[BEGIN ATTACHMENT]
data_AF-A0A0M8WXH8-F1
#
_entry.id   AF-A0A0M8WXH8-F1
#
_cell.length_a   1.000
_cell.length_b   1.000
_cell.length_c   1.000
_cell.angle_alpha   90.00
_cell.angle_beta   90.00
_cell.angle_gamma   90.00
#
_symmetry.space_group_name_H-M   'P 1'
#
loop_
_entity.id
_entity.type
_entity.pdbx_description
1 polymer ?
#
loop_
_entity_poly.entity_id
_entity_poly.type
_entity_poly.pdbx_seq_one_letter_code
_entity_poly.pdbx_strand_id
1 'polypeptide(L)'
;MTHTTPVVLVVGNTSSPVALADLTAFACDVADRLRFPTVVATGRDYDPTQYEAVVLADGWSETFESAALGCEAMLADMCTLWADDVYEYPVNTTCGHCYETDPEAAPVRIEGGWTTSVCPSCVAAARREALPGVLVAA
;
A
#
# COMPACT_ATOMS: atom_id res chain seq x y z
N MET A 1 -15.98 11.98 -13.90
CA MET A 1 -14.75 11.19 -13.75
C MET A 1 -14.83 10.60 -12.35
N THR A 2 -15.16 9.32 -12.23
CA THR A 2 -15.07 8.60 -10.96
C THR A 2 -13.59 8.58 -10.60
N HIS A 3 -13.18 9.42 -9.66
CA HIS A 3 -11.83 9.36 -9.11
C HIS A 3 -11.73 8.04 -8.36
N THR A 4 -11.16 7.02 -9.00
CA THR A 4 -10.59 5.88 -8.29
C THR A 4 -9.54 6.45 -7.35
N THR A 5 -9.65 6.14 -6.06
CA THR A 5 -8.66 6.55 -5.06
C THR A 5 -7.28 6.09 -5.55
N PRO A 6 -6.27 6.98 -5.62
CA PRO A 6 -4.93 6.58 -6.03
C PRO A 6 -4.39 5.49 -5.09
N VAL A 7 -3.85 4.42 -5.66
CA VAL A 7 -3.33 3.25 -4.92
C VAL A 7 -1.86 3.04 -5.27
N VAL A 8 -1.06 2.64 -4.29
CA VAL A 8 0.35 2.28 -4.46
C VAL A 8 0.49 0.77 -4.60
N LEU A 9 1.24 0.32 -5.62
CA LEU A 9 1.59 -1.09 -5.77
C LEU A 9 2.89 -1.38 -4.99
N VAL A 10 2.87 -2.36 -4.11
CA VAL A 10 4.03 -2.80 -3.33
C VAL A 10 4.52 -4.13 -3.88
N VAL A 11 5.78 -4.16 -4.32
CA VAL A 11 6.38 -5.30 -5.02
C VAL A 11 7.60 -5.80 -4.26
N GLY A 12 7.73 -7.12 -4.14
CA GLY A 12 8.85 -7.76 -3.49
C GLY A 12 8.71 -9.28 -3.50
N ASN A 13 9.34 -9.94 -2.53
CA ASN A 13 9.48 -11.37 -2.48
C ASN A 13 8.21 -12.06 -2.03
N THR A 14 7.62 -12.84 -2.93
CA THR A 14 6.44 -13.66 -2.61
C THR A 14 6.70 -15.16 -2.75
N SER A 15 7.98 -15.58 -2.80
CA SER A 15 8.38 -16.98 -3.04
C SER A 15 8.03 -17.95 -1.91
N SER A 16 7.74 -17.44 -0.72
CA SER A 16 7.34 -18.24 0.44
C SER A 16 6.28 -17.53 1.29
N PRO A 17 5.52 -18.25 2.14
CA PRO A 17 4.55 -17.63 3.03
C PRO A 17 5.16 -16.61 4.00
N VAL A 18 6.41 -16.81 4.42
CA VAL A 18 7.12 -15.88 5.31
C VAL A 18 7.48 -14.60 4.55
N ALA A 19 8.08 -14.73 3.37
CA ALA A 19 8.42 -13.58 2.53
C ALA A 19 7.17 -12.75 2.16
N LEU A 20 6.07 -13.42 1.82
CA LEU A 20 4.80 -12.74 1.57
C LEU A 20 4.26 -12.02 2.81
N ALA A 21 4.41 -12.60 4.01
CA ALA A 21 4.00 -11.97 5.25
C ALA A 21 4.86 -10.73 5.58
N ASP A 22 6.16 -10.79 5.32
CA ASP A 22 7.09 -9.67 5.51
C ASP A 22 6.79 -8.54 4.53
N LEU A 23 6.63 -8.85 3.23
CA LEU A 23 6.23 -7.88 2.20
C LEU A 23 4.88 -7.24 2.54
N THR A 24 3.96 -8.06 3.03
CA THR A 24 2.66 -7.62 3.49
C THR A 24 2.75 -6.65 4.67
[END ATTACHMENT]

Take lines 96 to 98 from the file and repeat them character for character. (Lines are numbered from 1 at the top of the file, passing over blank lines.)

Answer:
C ASP A 22 6.79 -8.54 4.53
N LEU A 23 6.63 -8.85 3.23
CA LEU A 23 6.23 -7.88 2.20